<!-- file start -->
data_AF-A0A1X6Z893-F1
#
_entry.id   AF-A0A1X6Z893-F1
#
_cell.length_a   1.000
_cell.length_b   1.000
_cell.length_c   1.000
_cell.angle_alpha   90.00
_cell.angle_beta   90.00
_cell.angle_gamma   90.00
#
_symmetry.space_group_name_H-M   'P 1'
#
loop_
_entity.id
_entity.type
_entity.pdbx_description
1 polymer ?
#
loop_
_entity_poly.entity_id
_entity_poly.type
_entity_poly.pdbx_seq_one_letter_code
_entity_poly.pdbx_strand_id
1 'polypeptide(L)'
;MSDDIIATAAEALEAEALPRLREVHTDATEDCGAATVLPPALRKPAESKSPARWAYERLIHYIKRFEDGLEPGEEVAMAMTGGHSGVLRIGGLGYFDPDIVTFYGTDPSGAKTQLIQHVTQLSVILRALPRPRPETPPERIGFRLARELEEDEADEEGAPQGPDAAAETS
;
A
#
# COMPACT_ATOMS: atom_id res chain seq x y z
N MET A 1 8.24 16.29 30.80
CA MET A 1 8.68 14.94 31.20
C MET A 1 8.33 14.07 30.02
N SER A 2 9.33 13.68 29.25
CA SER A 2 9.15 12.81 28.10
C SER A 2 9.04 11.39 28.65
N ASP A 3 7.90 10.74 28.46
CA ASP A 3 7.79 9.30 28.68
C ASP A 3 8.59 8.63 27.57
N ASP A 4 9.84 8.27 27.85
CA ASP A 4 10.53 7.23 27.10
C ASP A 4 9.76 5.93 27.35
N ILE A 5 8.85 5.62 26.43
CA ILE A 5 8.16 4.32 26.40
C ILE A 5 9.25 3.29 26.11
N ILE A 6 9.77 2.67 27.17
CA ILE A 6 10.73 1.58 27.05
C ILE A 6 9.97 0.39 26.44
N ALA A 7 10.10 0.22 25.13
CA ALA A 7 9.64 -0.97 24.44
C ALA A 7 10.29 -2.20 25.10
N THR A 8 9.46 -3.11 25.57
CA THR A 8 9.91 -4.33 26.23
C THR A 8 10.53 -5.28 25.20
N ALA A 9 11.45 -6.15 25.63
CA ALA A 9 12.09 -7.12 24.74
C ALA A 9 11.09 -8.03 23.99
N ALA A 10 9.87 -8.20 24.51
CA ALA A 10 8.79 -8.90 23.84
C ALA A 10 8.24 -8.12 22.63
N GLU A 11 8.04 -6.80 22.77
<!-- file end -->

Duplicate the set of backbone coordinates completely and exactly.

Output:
data_AF-A0A1X6Z893-F1
#
_entry.id   AF-A0A1X6Z893-F1
#
_cell.length_a   1.000
_cell.length_b   1.000
_cell.length_c   1.000
_cell.angle_alpha   90.00
_cell.angle_beta   90.00
_cell.angle_gamma   90.00
#
_symmetry.space_group_name_H-M   'P 1'
#
loop_
_entity.id
_entity.type
_entity.pdbx_description
1 polymer ?
#
loop_
_entity_poly.entity_id
_entity_poly.type
_entity_poly.pdbx_seq_one_letter_code
_entity_poly.pdbx_strand_id
1 'polypeptide(L)'
;MSDDIIATAAEALEAEALPRLREVHTDATEDCGAATVLPPALRKPAESKSPARWAYERLIHYIKRFEDGLEPGEEVAMAMTGGHSGVLRIGGLGYFDPDIVTFYGTDPSGAKTQLIQHVTQLSVILRALPRPRPETPPERIGFRLARELEEDEADEEGAPQGPDAAAETS
;
A
#
# COMPACT_ATOMS: atom_id res chain seq x y z
N MET A 1 8.24 16.29 30.80
CA MET A 1 8.68 14.94 31.20
C MET A 1 8.33 14.07 30.02
N SER A 2 9.33 13.68 29.25
CA SER A 2 9.15 12.81 28.10
C SER A 2 9.04 11.39 28.65
N ASP A 3 7.90 10.74 28.46
CA ASP A 3 7.79 9.30 28.68
C ASP A 3 8.59 8.63 27.57
N ASP A 4 9.84 8.27 27.85
CA ASP A 4 10.53 7.23 27.10
C ASP A 4 9.76 5.93 27.35
N ILE A 5 8.85 5.62 26.43
CA ILE A 5 8.16 4.32 26.40
C ILE A 5 9.25 3.29 26.11
N ILE A 6 9.77 2.67 27.17
CA ILE A 6 10.73 1.58 27.05
C ILE A 6 9.97 0.39 26.44
N ALA A 7 10.10 0.22 25.13
CA ALA A 7 9.64 -0.97 24.44
C ALA A 7 10.29 -2.20 25.10
N THR A 8 9.46 -3.11 25.57
CA THR A 8 9.91 -4.33 26.23
C THR A 8 10.53 -5.28 25.20
N ALA A 9 11.45 -6.15 25.63
CA ALA A 9 12.09 -7.12 24.74
C ALA A 9 11.09 -8.03 23.99
N ALA A 10 9.87 -8.20 24.51
CA ALA A 10 8.79 -8.90 23.84
C ALA A 10 8.24 -8.12 22.63
N GLU A 11 8.04 -6.80 22.77